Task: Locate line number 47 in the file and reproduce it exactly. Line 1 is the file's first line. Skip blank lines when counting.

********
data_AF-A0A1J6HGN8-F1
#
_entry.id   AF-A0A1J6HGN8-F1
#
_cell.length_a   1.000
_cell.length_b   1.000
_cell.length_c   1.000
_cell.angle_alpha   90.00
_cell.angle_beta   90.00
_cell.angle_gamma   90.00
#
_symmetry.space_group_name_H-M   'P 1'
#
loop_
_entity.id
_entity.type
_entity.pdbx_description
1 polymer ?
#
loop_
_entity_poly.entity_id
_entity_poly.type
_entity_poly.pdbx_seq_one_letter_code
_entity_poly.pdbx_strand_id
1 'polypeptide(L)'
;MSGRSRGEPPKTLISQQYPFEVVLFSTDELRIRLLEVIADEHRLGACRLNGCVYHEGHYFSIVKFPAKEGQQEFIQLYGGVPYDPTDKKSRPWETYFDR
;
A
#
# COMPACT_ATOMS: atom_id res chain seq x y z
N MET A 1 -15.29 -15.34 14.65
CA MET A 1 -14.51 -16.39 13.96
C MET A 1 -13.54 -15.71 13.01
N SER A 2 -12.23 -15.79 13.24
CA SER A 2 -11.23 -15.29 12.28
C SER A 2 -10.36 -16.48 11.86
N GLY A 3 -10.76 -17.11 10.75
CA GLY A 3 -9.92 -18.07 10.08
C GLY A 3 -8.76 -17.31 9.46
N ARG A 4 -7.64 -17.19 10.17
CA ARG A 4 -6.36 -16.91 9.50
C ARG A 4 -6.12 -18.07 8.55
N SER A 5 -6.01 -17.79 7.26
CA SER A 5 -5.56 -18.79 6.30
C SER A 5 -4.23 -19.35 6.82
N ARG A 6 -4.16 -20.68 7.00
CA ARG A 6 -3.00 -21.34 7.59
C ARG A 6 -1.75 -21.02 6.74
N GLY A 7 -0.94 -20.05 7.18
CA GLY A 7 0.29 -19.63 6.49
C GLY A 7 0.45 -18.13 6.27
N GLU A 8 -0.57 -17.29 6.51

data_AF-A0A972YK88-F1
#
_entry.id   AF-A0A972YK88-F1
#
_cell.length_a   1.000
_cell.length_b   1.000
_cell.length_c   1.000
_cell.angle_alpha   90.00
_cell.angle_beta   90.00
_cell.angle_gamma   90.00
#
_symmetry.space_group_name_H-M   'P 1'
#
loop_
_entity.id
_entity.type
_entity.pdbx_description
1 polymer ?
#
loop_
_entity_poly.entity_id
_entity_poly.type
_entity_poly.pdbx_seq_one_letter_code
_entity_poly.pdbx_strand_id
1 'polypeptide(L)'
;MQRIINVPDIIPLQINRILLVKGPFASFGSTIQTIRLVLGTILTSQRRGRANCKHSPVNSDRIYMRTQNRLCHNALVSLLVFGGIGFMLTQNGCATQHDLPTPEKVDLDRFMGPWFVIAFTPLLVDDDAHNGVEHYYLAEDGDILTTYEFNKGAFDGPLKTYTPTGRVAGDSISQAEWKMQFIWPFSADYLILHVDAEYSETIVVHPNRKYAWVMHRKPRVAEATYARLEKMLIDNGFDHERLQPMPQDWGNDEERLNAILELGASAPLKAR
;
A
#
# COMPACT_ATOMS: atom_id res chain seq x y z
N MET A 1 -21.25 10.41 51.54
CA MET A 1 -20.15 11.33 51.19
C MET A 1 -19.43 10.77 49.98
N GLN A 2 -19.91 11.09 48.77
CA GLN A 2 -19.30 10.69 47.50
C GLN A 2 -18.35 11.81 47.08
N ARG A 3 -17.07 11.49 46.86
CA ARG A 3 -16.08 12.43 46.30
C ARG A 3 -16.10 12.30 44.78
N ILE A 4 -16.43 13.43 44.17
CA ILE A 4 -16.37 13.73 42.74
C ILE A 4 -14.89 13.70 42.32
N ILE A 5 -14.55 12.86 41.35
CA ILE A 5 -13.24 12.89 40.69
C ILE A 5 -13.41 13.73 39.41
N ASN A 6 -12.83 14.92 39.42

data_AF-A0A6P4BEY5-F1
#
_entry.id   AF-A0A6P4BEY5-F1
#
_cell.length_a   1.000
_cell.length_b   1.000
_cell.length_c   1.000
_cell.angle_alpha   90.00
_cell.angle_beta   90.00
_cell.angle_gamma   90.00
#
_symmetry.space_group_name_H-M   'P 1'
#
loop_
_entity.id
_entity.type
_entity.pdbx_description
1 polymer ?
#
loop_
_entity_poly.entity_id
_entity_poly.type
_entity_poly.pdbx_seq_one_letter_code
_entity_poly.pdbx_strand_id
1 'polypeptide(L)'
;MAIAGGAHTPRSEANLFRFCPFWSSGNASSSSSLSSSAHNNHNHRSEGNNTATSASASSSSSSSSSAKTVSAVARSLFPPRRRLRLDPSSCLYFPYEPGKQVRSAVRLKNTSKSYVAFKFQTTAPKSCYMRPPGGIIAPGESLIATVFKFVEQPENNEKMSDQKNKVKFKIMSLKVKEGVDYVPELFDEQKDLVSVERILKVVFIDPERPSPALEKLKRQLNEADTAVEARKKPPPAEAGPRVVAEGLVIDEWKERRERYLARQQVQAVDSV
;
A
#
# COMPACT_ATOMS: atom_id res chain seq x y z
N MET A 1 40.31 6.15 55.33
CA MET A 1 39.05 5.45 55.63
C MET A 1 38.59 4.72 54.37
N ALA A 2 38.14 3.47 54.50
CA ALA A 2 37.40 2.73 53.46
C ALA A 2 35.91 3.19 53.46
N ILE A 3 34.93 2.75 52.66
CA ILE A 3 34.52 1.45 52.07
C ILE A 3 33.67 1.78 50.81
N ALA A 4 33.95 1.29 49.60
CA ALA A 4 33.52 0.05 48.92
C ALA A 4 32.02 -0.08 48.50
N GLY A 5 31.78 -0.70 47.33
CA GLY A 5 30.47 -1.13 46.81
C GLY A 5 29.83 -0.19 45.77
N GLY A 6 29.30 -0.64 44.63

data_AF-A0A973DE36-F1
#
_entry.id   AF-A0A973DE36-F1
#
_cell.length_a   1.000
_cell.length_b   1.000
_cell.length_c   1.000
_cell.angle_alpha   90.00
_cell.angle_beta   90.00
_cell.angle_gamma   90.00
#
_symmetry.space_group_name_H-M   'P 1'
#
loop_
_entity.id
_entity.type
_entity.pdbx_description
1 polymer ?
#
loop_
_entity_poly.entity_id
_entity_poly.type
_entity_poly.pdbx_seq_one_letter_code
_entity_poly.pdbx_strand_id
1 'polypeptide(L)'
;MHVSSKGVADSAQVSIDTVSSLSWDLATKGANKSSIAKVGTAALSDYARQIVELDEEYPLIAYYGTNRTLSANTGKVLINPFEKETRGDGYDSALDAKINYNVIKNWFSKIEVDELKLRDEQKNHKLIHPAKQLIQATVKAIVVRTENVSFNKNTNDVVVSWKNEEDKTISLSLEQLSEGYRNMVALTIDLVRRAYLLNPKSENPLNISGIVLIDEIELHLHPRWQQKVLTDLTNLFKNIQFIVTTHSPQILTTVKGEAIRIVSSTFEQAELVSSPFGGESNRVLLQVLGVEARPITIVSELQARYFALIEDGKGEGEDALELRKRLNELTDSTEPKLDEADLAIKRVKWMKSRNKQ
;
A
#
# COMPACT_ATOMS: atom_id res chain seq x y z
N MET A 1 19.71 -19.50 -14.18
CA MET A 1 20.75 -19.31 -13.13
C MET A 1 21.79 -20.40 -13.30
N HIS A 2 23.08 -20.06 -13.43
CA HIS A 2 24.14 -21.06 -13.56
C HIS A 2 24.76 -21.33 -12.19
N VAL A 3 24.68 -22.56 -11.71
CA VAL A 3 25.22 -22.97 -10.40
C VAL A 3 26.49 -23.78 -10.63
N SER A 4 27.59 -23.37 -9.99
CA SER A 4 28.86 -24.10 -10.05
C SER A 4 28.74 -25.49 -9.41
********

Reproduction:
CA ARG A 6 -3.00 -21.34 7.59